When I was young, my family attended a pretty “normal” evangelical non-denominational church for a couple years. While we were there, the Left Behind series by Tim LaHaye and Jerry B. Jenkins was sweeping through American evangelical Christianity, leaving eager young Christians to froth and foam in debates about the end times and personal eschatology.
I read a series of kids books by a similar author, Frank Peretti, among other titles, and all of these stories were essentially heavy-handed allegories about spiritual warfare, the end of days, rapture/tribulation, and whether or not you had been faithful to Jesus enough to make the cut when he came back.
And He WAS coming back. We stockpiled water and dry goods for Y2K, along with almost everyone we knew, because Jesus was going to return shortly thereafter (pre- or post-tribulation was up to your interpretation, but either way it was going to be soon).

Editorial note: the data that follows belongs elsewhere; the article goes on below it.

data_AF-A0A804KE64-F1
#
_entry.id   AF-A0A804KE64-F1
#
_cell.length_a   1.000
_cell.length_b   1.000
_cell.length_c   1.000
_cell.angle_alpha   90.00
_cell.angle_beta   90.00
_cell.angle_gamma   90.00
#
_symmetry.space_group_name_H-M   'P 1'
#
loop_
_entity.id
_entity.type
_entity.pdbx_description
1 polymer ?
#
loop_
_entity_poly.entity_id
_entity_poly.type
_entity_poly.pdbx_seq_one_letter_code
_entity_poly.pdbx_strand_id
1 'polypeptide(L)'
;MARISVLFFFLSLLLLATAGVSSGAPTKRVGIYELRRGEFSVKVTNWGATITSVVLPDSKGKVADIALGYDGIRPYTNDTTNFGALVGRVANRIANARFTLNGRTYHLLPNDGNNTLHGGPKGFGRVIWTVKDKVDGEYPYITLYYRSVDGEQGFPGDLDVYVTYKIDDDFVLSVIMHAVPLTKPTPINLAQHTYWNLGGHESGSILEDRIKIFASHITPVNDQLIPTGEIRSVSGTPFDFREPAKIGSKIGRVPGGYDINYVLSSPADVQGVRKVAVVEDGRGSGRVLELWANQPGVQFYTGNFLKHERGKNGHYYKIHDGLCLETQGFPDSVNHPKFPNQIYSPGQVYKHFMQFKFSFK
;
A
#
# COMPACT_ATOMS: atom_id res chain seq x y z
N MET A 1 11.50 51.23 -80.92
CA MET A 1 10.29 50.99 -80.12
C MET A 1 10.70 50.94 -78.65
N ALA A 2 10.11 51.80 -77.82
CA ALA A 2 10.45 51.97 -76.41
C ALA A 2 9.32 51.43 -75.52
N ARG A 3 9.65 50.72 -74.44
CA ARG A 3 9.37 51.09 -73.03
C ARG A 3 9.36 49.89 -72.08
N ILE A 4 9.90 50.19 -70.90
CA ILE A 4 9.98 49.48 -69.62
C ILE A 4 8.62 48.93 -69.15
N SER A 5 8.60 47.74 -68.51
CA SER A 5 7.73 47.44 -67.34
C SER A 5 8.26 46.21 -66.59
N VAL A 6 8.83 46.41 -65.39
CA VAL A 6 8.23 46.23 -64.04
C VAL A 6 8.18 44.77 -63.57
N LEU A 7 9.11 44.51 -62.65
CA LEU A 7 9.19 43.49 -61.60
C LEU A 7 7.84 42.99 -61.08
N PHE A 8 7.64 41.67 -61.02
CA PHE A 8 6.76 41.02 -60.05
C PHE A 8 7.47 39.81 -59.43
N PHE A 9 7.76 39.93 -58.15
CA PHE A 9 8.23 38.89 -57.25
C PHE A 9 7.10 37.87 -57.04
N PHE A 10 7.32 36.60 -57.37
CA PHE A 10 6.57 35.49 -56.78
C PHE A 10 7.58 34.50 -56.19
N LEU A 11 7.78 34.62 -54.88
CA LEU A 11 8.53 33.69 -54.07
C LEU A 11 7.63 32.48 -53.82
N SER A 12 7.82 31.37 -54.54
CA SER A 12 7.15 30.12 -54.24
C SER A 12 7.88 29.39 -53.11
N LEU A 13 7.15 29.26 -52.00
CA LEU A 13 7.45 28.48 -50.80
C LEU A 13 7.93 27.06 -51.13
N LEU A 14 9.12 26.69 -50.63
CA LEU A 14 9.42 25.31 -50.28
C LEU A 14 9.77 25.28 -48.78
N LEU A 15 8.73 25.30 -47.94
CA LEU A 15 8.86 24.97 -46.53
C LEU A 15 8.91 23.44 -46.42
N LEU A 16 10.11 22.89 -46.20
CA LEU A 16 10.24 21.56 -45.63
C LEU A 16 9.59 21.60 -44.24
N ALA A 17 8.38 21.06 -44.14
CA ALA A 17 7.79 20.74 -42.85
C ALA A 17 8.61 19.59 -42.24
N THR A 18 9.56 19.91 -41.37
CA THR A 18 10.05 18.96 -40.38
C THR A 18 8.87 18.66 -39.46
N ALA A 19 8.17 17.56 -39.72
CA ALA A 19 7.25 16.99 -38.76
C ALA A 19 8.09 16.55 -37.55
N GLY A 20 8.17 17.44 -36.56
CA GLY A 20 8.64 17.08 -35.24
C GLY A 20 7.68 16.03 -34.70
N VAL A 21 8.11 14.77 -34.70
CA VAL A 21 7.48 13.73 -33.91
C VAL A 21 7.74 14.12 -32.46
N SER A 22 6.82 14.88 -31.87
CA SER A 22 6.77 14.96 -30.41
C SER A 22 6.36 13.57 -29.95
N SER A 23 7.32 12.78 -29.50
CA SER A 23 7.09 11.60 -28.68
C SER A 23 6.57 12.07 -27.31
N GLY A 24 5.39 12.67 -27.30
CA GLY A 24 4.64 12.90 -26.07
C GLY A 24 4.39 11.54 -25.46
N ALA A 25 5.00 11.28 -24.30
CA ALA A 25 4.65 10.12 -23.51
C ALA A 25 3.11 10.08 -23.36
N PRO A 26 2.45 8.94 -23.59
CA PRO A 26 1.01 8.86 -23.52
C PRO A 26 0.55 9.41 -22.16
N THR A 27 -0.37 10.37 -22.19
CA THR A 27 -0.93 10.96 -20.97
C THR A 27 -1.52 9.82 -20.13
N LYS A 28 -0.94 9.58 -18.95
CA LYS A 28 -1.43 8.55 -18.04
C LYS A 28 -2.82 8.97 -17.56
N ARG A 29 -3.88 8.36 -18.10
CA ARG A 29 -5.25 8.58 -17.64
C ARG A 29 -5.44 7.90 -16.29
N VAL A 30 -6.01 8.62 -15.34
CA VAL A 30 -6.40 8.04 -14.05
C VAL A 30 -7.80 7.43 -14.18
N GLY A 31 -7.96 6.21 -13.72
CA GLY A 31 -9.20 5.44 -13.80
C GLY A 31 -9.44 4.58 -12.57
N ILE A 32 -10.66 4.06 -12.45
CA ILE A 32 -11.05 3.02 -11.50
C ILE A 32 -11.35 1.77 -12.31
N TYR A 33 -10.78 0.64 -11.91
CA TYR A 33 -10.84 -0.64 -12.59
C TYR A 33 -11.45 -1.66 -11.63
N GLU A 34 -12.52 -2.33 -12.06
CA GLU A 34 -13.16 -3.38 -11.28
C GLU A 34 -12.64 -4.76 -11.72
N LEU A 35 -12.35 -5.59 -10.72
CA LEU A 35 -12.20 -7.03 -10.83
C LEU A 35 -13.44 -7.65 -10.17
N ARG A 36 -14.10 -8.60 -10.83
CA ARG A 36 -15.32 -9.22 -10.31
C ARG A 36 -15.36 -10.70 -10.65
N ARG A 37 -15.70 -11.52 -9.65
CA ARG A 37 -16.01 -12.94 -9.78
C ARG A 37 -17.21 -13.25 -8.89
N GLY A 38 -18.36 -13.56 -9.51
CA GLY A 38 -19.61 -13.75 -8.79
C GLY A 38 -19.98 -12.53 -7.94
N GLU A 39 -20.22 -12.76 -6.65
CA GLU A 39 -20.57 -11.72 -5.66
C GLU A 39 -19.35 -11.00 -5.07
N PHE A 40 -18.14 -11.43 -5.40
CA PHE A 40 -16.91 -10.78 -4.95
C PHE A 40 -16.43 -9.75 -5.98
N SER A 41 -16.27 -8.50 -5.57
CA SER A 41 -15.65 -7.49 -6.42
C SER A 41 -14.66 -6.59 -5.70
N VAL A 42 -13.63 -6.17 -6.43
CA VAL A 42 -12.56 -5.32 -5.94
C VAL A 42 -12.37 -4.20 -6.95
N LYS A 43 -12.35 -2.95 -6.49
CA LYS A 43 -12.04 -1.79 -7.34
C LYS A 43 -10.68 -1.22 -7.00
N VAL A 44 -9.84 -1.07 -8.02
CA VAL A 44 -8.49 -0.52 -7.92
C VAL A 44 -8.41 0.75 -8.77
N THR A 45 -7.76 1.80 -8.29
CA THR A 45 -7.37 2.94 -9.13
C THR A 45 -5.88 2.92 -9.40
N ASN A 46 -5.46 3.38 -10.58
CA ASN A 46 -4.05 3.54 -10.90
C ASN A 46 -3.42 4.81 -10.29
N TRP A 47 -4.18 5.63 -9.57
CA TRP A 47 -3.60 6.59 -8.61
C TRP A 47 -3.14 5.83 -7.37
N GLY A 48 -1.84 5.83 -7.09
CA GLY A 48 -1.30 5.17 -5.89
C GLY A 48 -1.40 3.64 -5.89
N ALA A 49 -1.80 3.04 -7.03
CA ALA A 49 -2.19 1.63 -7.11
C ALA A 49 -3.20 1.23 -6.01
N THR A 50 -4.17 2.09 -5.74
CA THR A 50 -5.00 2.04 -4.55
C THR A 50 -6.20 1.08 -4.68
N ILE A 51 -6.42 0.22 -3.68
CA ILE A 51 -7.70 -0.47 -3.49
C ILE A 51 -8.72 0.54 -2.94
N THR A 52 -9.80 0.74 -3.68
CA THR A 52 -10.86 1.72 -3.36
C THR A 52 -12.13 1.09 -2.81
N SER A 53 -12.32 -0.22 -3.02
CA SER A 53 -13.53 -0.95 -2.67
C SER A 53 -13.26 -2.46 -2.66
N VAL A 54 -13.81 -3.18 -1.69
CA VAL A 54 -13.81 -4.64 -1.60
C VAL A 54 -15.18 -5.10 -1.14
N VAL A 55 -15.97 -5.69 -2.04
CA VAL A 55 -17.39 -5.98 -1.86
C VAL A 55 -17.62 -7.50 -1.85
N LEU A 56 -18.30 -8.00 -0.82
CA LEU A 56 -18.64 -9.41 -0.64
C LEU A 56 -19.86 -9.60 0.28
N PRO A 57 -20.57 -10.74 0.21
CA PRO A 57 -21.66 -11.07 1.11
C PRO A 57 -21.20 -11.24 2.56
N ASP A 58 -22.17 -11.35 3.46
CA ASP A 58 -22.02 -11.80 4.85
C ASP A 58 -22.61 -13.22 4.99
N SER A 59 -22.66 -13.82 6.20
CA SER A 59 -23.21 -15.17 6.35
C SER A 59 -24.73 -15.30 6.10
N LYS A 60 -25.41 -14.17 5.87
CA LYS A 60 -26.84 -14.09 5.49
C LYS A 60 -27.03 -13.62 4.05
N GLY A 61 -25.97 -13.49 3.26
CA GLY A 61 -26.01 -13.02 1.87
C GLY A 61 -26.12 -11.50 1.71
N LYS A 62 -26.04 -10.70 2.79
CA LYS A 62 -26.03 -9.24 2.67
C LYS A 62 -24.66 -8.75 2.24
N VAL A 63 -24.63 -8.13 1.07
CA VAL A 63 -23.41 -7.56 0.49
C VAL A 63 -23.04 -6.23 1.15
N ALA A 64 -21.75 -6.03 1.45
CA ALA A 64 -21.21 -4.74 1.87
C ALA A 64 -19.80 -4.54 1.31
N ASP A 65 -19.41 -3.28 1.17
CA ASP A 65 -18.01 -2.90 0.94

I remember being coached for a church evangelism session in our town where we were instructed to go door to door and ask people, “Where would you be if you died tomorrow?” That would lead into a spiel about how Jesus was returning soon and you needed to get right with Him ASAP, oh and here’s a flyer for our church so we can introduce you to Him. And a Chick Tract.
And, of course, there was the original Left Behind movie, starring everyone’s favorite actor Kirk Cameron:
Many of us who grew up with these films ended up having night terrors or obsessive fears that Jesus would come back and we’d somehow miss it. Author and blogger Elizabeth Esther tells her story here (it’s also featured in her book, which is fantastic):
So, Nicolas Cage in the new Left Behind? It could get worse. But believe me, my generation of church kids are going to be watching this from RedBox and we’re going to be playing some serious drinking games to cope with the PTSD it’s bound to trigger. We’re mostly hoping no one’s sporting those terrifying 90s goatees they always gave the Anti-Christ in the movies.